4. Why do we continue to defraud ourselves of these divine commendations or testimonies, and deprive ourselves of our paternal heritage? We fail to recall that he has in any way commended us, or that he has uttered any testimony in our favor, as if he had not voluntarily made us his children by the word of truth. What of what the apostle said, that the Spirit himself bears witness with our spirit that we are sons of God? How are we sons if deprived of the inheritance? Our very impoverishment surely convicts us of negligence and indifference. For if any one of us, following the wise man’s word, sets his heart fully and perfectly to rise early to seek the Lord who made him, and pleads in the presence of the Most High, if he strives at the same time with all diligence, following the prophet Isaiah’s advice, to prepare the ways of the Lord, to make straight the paths of our God, if he can say with the psalmist: ‘My eyes are ever on the Lord’, and ‘I keep the Lord always before me’, shall that person not receive a blessing from the Lord and mercy from God his saviour? He will be visited often, and never be unaware of the time of the visit, even though he who visits in spirit comes secretly and stealthily like a shy lover. The sober-minded soul who keeps careful watch will see him coming a long way off and will discover everything that we have shown – the bride taking note of so cleverly and and so clearly in the approach of her beloved, for he said: ‘Those who seek me eagerly shall find me.’ She will perceive the desire of the hastening lover, and will immediately be aware when he is near, and when actually present. She will detect with happy eyes the eye that gazes on her like a sun-ray piercing through the windows and lattices of the wall, and at last she will hear the voices of jubilation and in love will call out: ‘my love, my dove, my beautiful one.’

5. ‘Shall the wise understand these words’, that he may rightly distinguish and mark off each from the other, and explain them in a way that men will be able to grasp? If you expect this from me I should prefer you to hear it from an adept, from one accustomed to and experienced in these things. A person of this kind however chooses rather to hide in modest silence what he has perceived in silence, to keep his secret to himself as the safer course. But as one bound in duty to speak, one who may not be silent, I relate to you whatever I know on this subject from my own or from others’ experience. Since many can easily verify it, I leave deeper truths to those competent to comprehend them. If therefore I am warned, either outwardly by some person or inwardly by the Spirit, to maintain what is righteous and uphold what is reasonable, this wholesome counsel will be to me a presage of the Bridegroom’s speedy coming, a preparation for the proper reception of the heavenly visitor. The prophet tells me this when he says: ‘Righteousness will go before him’; or as he says to God: ‘Righteousness and justice are the preparation of your throne’. But a similar hope will gladden me if the discourse speaks of humility or patience, or of brotherly love and obedience to authority, but especially of the need to strive for holiness and peace and purity of heart, because Scripture says that ‘holiness befits your house O Lord’, that ‘his place is in peace’, and that ‘the pure in heart shall see God’. Whenever I am reminded of these or any other virtues, therefore, it will mean for me, as I said, that the Lord of virtues is about to visit my soul.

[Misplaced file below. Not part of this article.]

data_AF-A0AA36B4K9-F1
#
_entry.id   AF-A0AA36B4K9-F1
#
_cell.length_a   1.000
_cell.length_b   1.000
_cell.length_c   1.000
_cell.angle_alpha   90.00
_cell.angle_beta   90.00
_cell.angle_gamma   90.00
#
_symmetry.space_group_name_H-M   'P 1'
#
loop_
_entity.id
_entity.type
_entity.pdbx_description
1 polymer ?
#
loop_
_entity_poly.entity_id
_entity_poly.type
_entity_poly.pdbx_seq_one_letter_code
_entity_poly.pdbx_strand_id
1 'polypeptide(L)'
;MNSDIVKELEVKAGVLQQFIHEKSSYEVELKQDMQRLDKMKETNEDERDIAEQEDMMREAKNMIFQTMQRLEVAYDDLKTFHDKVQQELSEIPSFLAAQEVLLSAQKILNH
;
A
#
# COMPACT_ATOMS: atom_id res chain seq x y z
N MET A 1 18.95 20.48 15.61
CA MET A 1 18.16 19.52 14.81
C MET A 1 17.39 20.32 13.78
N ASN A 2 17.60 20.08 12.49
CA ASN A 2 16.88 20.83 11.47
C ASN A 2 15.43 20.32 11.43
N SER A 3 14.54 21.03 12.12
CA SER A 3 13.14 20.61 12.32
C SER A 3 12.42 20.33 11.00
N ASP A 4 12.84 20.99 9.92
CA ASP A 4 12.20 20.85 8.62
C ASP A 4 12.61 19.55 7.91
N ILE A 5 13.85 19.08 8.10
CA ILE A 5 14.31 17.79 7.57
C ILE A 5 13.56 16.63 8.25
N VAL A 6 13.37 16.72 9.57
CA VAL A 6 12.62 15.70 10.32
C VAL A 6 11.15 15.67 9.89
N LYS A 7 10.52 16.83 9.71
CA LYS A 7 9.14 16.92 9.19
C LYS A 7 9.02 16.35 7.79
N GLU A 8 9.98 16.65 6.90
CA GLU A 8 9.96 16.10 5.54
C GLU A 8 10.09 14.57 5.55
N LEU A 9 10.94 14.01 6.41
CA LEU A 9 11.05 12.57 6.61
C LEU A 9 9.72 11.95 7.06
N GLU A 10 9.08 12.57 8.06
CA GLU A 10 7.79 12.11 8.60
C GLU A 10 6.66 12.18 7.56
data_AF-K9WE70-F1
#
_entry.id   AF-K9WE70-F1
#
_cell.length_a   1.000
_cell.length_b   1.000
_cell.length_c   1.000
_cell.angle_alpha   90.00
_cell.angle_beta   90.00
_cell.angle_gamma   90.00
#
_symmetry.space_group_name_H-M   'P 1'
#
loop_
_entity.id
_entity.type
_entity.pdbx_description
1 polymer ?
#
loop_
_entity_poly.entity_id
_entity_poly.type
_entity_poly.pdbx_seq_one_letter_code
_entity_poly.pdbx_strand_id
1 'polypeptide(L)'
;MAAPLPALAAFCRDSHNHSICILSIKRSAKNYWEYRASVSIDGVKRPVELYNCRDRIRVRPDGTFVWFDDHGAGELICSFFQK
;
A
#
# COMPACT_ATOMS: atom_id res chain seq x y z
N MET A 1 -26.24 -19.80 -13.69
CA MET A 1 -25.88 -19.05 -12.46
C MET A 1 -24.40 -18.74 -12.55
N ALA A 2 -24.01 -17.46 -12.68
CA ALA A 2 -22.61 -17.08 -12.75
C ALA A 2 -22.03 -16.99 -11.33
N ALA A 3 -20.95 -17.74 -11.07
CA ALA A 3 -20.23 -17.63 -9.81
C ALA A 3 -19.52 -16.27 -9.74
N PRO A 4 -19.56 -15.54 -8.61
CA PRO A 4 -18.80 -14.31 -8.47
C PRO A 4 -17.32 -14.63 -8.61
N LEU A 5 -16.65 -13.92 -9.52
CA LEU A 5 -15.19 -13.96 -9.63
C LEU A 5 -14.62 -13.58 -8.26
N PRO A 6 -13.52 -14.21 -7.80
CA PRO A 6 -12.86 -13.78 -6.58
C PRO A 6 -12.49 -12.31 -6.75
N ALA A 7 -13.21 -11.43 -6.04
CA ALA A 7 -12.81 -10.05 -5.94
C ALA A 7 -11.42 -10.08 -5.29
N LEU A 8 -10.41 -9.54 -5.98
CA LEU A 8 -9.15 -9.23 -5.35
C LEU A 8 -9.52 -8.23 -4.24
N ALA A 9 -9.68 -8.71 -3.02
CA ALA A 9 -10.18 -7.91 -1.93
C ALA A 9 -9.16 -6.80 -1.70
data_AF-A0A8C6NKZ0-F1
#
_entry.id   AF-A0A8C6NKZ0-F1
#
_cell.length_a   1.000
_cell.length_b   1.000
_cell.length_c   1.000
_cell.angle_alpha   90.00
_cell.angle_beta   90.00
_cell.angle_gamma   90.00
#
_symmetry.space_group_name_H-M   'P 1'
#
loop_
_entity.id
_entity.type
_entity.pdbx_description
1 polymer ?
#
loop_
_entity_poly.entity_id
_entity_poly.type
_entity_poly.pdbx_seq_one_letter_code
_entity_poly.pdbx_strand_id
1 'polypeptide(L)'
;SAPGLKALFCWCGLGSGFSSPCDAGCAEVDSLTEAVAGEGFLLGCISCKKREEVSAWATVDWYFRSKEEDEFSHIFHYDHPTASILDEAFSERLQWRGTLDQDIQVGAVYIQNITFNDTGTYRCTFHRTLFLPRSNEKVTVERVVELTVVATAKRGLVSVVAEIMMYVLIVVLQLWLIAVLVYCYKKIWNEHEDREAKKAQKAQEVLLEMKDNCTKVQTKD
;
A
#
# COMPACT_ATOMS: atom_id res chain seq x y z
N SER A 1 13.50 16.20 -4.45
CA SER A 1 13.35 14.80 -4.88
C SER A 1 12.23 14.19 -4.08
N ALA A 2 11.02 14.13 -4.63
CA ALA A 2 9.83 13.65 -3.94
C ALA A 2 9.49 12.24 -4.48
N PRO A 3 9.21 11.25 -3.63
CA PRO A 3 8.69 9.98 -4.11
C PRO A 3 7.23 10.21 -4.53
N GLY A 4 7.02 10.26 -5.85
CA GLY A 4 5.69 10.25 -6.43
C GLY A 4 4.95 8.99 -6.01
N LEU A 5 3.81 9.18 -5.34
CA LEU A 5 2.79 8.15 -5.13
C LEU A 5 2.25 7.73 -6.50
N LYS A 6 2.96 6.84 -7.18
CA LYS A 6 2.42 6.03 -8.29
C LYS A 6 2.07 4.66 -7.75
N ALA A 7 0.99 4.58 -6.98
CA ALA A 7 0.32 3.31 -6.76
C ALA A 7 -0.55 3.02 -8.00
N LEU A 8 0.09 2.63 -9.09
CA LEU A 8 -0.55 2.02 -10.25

6. Even if ‘a good man strike or rebuke me in kindness’ I shall draw a similar inference, knowing that the zeal and benevolence of a good man make a pathway for him who ascends above the downfalling sun. Happy that downfall when at the reproof of a good man his fellow is raised up and error is thrown down and the Lord ascends above it, treading it under foot to crush it lest it rise again. We must not therefore despise the good man’s rebuke which destroys sin, gives healing to the heart and makes a path for God to the soul. No discourse whatsoever that promotes devotion or the virtues or moral perfection is to be heard with indifference, because that too is a way by which God’s salvation is revealed. And if the discourse sounds sweet and agreeable, if antipathy is banished by eagerness to listen, then not only is the Bridegroom believed to be on the way but to be speeding, that is, coming in one’s desire. His desire gives rise to yours; and because you are eager to receive his word he is hastening to enter your heart; for he first loved us, not we him. Moreover, if you listen to a fiery discourse and your conscience burns in a consequence at the memory of your sins, remember then what Scripture says of him: ‘fire goes before him’, and be assured that he is near. In short, ‘the Lord is close to those who are brokenhearted’.

7. Yet if you are not only filled with sorrow by the discourse but totally converted to the Lord, vowing and determining to keep his just decrees, you will know again that he is present, especially if you feel yourself aglow with his love. These two things are written of him – that fire goes before him and that he himself is fire. For Moses said of him that he is a devouring fire. They differ, however, because the fire that goes before has heat but no love. It boils up but does not boil dry, it moves but does not move forward. It is sent on before only to arouse and prepare you, to make you realize what you are of yourself, that afterwards you may the more sweetly relish what God’s action makes of you. The fire that is God does indeed devour but it does not debase; it burns pleasantly, devastates felicitously. It is a coal of desolating fire, but a fire that rages against vices only to produce a healing unction in the soul. Recognize therefore that the Lord is present both in the power that transforms you and in the love that sets you aglow. The Lord’s right hand has shown its power. But understand that this change from God’s right hand takes place only in fervor of spirit and genuine love. Then you will be a man who can say: ‘My heart became hot within me, as I mused the fire burned.’